EAST RUTHERFORD, N.J. – The Bills had their big chance Thursday night. They had the national stage to themselves, an opportunity to show the football world that something special was taking place in Buffalo, and that it was time to take them seriously as an NFL playoff contender.
Instead, they came up small. The Bills played their worst game of the season by far, getting outplayed, outclassed and out-hit by an inspired Jets team in a 34-21, prime-time embarrassment at MetLife Stadium.
Fans and media were excited to see if newly acquired Kelvin Benjamin would make his debut against the Jets. The Bills determined that he wasn't ready. As it turned out, neither were the guys who played the game.
"That wasn't us," guard Richie Incognito said after the O-line gave up seven sacks. "That wasn't us from start to finish. That wasn't us. That wasn't what we're building. That isn't our vision. We just move on. We came down here on a short week and played hard and didn't get the win. So we regroup and then go back home."
A win would have sent them home with a 6-2 record at the midpoint for the first time since 1993, the fourth Super Bowl year. Evidently, the moment was too large for this overachieving bunch. It was too early in Sean McDermott's process to expect them to avoid a letdown.
The Jets looked like the team that was trying to send a message to the league. They were emotionally aroused and determined to atone for that season-opening clunker in Buffalo and to end a three-game losing streak in which they blew a big lead in all three games.
There would be no blown lead on this night. The Jets controlled both lines of scrimmage and rushed for 194 yards against the league's third-rated rush defense. They recovered two fumbles and didn't turn it over. They were in Tyrod Taylor's face all night and sacked him seven times.
At some point, the law of averages and their lack of overall talent was bound to catch up with them. This resembled many of the Bills' regrettable losses during the playoff drought, when they got physically pounded and seem to lose spirit as the beatdown grew worse.
It's also the sort of performance we see too often in these Thursday night games, which are an affront to the NFL players and to the intelligence of the football-watching public. Teams tend to unravel more easily on three days' rest, and it's often the road team that collapses.
"Yeah, it's tough," Incognito said. "Thursday night games are not fun. It's a major, major, major adjustment to the schedule. We're creatures of habit, and to jam a game in on four days, it's not cool But everybody's got to do it. It's unfair to everybody, and that's it."
The Bills have been a resilient team this season. They hadn't trailed by more than seven points at any time in their first seven games. That's remarkable for a team that was supposedly tanking. But when they fell behind by 10 early in the second half, they went to pieces.
OK, it's only one game. They're 5-3 at the midpoint, which is better than anyone expected and as good as they've been after eight games in any season since the Super Bowl years. They're only a game behind the Pats in the division and leading in the conference wild-card race.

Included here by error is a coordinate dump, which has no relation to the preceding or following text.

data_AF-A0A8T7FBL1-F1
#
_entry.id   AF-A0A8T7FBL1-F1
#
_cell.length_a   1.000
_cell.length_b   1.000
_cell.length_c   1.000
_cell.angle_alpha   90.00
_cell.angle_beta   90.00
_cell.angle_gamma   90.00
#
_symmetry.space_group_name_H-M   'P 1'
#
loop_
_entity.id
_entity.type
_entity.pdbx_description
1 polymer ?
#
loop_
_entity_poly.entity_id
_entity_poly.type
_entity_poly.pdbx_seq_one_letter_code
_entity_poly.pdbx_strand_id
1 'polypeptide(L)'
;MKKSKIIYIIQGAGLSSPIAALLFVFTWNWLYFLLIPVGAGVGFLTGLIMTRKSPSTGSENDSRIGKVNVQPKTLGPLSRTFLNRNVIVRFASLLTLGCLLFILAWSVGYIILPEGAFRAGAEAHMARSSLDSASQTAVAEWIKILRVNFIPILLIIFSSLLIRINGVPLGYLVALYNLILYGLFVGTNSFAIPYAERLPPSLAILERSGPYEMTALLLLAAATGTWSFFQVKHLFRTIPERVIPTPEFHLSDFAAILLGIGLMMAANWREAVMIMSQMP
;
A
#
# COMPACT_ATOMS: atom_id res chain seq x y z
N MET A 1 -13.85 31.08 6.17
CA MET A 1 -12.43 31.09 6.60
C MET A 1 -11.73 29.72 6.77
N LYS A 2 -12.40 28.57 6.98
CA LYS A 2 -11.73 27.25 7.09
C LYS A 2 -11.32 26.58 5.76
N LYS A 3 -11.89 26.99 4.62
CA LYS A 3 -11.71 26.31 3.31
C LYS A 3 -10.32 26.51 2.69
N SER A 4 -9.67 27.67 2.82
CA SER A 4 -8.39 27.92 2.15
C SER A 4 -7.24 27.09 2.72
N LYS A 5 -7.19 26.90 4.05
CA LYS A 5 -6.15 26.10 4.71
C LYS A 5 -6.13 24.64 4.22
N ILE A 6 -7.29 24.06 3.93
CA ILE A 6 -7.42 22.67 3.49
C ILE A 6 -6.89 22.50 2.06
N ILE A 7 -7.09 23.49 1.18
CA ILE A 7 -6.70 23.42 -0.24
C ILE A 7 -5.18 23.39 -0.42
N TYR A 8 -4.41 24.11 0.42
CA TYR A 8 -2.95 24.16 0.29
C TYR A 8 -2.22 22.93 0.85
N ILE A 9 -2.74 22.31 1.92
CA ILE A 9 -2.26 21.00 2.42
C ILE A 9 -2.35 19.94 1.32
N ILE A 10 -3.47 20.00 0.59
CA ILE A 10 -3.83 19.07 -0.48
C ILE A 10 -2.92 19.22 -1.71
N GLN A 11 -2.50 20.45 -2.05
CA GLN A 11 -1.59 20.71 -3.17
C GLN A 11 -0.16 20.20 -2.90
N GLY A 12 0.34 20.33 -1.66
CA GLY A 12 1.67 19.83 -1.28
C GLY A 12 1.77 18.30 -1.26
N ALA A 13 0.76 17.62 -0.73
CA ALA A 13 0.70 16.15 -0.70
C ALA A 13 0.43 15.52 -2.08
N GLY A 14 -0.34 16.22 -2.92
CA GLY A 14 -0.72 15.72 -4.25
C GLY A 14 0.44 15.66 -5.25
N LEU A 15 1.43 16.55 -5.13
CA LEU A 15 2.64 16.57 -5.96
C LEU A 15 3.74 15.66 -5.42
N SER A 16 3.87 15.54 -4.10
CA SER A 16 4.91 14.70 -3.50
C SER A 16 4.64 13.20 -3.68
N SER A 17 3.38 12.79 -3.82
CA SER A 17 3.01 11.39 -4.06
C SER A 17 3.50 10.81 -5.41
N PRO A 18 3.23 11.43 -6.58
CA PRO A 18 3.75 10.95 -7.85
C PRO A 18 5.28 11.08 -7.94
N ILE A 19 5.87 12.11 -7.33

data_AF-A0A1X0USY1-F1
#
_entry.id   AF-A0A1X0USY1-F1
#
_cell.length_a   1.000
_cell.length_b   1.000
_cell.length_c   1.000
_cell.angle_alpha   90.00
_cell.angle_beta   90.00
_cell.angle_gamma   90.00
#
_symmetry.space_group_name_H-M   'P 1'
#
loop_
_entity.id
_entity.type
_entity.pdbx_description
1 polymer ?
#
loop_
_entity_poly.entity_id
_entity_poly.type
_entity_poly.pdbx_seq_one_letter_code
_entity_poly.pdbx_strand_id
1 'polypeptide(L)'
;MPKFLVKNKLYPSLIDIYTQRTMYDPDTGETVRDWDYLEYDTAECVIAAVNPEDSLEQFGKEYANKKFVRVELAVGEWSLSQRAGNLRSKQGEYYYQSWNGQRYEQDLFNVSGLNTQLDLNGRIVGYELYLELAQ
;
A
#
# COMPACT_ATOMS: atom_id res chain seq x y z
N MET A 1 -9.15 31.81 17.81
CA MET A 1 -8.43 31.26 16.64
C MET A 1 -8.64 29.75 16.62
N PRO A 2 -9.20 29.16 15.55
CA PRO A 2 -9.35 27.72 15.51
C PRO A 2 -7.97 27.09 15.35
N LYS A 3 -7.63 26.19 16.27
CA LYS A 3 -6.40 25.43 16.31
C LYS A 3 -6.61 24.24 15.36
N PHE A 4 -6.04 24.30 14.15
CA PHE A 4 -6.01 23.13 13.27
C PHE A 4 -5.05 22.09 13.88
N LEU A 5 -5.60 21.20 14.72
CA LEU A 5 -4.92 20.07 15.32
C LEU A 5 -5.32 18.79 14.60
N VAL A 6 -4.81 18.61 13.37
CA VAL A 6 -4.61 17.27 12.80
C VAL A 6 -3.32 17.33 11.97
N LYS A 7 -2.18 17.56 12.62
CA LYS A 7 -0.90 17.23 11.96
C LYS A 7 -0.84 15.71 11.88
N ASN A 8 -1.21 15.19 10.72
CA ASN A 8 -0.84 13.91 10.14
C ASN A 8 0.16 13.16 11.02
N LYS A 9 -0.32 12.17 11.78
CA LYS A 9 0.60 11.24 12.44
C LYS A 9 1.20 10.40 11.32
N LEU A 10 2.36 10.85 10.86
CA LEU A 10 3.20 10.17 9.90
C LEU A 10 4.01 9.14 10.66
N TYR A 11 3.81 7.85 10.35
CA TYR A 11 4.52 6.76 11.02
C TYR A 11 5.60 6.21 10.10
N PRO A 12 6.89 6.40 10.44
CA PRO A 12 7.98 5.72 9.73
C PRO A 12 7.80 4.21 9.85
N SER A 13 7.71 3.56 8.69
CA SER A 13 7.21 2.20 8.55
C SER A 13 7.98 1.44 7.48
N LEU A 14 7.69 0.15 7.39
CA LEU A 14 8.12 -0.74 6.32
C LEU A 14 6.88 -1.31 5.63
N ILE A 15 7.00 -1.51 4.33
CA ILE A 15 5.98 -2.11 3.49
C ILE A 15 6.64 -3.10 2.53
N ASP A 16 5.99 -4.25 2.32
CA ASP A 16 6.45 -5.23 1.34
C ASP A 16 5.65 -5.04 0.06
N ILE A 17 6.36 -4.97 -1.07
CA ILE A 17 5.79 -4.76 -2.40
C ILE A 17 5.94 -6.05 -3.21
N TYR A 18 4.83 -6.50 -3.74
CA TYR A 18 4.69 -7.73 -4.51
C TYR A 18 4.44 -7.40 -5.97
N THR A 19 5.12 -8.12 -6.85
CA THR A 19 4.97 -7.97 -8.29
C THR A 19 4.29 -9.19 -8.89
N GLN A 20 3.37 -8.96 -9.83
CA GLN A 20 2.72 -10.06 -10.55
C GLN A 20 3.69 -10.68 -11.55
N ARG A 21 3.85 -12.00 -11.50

The AFC is a mess. Houston's Deshaun Watson went out for the year with an ACL tear in practice Thursday, continuing a siege of quarterback woe. The Dolphins lost Ryan Tannehill. The Colts shut down Andrew Luck on Thursday. The Raiders' Derek Carr missed time and hasn't been the same.
So they're still in decent shape. They didn't get to 6-2, but keep in mind, they haven't even been 6-4 after 10 games since 2000, the first year of the drought. They can split their next two and still have their best 10-game record since Bill Clinton was in still in the White House.
But I can't blame Bills fans who are conditioned to expect calamity when things seem most promising. Last year, riding a four-game winning streak, they blew an 11-point lead in Miami. Three years ago, they upset the Packers to stay alive and lost to a 2-12 Oakland team the next week.
During the drought, they've often hit the wall after reaching five wins. The 2011 team started 5-2 and lost seven in a row. In 2008, they were 5-1, then lost their next four. The 2002 team was 5-3 in Drew Bledsoe's first year, then lost its next three.
They blew a chance to get to 2-0 in the division and 4-1 in the AFC. They could have used the extra cushion. The road gets tougher now. After a 10-day break, they host the Saints, who have won five in a row by an average of 14 points heading into Sunday's game with the Bucs.
They follow that with road games against the Chargers and Chiefs before hosting the Pats for the first of two December games with the defending Super Bowl champions. The Bills will be hard-pressed to split their next four games, so this was a bad loss, a squandered opportunity.
They lost the big battles and the small. They didn't tackle. They didn't take the ball away. Josh McCown threw a pass right to Leonard Johnson in the early going and he dropped it. They blew coverages, committed dumb penalties. The pass protection was bad as it has been all year.
"I mean, nothing went right from the jump," Johnson said. "But we've been resilient all year. We just got to find a way to finish those games, man."
The Jets believed they could run on the Bills and did so. They got a ridiculously easy 10-yard touchdown run from 37-year-old quarterback Josh McCown early in the game and several big runs along the way.
The Bills were out of sorts from the start. On one early series, they started deep in their own end after a penalty on a punt return. Taylor took a 12-yard sack. There was an incompletion that would have been nullified by an illegal shift, and no gain on a draw to LeSean McCoy.
It never got much better. When these teams played in the opener, people were calling it the Tank Bowl. For one forgettable night, the Bills finally looked like a team that was tanking.